A Murderous Christmas Treat #1

Love English murder mysteries? Then meet the STAC team!

The indomitable amateur sleuths investigate crimes and usually manage to expose the culprits. And not just one, but two treats are in store for you this week as we post snippets from two releases, A Murder for Christmas (today) and Murder at the Murder Mystery Weekend (Friday).

So, I'm handing over to the man who created the team, murder mystery author, David W Robinson, to reveal the characters behind the Sanford 3rd Age Club (STAC) team. Here goes...

When reviewing The Filey Connection, the first STAC Mystery, one reader wrote, ‘The characters all seem like people you've met at some time’, and I feel that is part of the success of the series. The natural interplay between characters is one of the driving forces behind the tales, particularly the antics of the three central characters; Joe Murray and two of his staff, coincidentally, his two closest friends, Sheila Riley and Brenda Jump.

The three have been friends since the schoolyard, and the two women take great delight in mercilessly ribbing Joe at every opportunity. Not that Joe takes it lying down. He gets back at them whenever he can. And yet, beneath the ribaldry, there is a bond of genuine, lasting friendship which extends to mutual concern for each other’s welfare.

Joe owns the Lazy Luncheonette, a workman’s café which he inherited from his father. Tight-fisted, outspoken and irascible, he’s been happily divorced since his wife walked out on him. The drudgery of life behind the counter has seen Joe develop fine powers of observation. Little escapes his attention, as many a thief and murderer has learned to his cost. He is also the Chair of the Sanford 3rd Age Club, and makes good use of his fine negotiating skills when grinding down the price of the club’s many outings.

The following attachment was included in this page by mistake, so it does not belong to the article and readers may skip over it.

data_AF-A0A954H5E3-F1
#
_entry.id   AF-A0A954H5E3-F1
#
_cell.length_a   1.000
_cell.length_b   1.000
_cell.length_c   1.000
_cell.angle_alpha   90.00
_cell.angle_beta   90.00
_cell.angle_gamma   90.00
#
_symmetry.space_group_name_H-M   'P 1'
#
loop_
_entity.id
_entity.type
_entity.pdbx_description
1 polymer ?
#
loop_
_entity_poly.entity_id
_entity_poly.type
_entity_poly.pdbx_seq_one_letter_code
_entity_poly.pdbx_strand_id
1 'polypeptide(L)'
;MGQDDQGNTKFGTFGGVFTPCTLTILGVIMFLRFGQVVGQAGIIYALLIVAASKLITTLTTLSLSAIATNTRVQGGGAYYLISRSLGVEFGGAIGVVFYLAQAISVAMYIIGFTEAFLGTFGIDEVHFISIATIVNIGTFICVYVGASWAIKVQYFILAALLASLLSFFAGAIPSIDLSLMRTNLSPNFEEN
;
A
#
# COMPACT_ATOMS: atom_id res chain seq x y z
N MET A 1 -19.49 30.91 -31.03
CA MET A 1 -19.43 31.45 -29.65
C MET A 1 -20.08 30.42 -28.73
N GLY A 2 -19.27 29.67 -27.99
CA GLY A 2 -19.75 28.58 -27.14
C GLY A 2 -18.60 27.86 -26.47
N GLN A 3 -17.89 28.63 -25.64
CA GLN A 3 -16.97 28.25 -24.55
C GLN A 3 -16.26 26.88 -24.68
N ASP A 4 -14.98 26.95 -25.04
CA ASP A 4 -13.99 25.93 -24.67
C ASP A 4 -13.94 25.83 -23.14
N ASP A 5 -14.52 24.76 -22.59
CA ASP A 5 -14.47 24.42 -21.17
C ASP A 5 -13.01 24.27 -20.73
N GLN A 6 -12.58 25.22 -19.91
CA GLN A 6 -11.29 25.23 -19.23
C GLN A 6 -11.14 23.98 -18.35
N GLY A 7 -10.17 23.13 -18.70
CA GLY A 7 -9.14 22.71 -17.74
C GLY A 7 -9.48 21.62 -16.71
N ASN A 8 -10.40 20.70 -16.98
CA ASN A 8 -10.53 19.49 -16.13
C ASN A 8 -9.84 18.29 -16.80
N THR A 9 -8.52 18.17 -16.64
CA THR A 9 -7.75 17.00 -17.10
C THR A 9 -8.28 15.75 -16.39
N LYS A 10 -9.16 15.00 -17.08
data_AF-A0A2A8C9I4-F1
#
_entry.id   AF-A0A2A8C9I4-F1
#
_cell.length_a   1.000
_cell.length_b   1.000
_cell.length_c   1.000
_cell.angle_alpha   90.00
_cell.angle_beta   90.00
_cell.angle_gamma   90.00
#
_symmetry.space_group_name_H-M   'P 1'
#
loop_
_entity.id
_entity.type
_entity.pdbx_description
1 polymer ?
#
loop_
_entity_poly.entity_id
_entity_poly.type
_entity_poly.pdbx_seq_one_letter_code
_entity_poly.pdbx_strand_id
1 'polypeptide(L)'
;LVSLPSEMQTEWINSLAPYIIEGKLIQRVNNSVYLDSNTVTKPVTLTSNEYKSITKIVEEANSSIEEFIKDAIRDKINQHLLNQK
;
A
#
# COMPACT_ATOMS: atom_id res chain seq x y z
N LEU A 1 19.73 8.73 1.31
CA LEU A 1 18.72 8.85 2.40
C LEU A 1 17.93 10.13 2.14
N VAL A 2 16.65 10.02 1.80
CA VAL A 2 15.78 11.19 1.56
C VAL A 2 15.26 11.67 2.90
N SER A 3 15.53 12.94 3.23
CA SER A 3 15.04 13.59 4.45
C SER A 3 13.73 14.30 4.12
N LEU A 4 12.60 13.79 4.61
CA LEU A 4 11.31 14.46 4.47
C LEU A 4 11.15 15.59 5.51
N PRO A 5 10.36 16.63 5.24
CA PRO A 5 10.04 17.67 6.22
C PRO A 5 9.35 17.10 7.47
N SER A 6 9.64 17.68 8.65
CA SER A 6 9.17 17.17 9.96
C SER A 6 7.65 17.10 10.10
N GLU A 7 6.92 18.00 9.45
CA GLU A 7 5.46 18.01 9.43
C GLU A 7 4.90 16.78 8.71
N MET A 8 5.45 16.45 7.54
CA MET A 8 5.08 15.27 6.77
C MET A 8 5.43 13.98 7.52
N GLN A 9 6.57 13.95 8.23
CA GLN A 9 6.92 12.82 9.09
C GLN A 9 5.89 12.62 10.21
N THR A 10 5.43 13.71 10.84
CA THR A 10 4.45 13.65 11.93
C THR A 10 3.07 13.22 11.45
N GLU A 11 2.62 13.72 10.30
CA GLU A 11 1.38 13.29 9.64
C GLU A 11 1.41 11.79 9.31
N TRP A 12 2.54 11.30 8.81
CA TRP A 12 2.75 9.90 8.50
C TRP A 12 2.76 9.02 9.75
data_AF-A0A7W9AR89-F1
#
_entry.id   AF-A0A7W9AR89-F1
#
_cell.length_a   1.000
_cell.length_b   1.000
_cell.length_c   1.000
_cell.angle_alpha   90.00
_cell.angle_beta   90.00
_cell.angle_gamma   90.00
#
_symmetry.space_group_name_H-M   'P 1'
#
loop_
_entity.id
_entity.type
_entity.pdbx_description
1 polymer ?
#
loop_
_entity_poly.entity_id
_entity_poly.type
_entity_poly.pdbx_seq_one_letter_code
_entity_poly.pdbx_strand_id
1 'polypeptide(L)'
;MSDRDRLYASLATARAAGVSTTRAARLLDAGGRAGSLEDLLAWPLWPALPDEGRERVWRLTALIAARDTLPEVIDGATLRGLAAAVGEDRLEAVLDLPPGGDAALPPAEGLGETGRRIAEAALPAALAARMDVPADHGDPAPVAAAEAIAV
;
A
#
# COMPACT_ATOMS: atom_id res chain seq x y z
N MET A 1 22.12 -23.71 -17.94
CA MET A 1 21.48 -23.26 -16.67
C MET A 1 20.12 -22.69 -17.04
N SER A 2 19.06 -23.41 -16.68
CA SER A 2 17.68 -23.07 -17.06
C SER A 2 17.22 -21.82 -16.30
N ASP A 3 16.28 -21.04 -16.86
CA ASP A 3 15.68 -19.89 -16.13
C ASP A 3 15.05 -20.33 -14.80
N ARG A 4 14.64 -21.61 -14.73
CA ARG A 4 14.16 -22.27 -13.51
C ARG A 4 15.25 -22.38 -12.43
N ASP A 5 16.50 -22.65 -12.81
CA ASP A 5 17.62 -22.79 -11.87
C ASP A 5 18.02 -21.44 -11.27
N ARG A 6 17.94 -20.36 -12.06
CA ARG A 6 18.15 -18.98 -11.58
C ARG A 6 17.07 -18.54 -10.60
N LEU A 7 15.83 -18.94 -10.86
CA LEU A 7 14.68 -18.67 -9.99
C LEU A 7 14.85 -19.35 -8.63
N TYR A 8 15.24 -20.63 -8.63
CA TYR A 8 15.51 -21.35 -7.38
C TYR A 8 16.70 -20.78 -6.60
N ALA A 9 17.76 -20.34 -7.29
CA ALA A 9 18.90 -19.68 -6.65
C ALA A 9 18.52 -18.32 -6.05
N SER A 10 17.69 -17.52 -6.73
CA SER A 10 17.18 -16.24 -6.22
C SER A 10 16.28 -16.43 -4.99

Sheila is the widow of the late Inspector Peter Riley of Sanford Police. A devoted wife and mother, she spent most of her life as a school secretary, and is the more serious of the three. Counter relief at the Lazy Luncheonette, she is a shoulder to cry on when it’s needed, able to deliver a stern lecture when the occasion warrants it, she can be hard and determined when she wants. Well-read, she is a mine of information and a useful advisor on police procedures. She also acts as Secretary of the Sanford 3rd Age Club, which role often includes mediating in disputes between Joe and other members.

Brenda, like her best friend, Sheila, is also widowed, but she has no inclination to turn her life into a shrine for her late husband. Assistant cook at the Lazy Luncheonette, she is a merry widow, who likes partying. She has a reputation for sleeping around, but both Joe and Sheila are aware that she is not quite as free with her favours as others imagine. More emotional than her two friends, she is courageous, yet soft-hearted, and her observations often point Joe in unexpected directions. A former senior bank clerk, she is treasurer to the Sanford 3rd Age Club.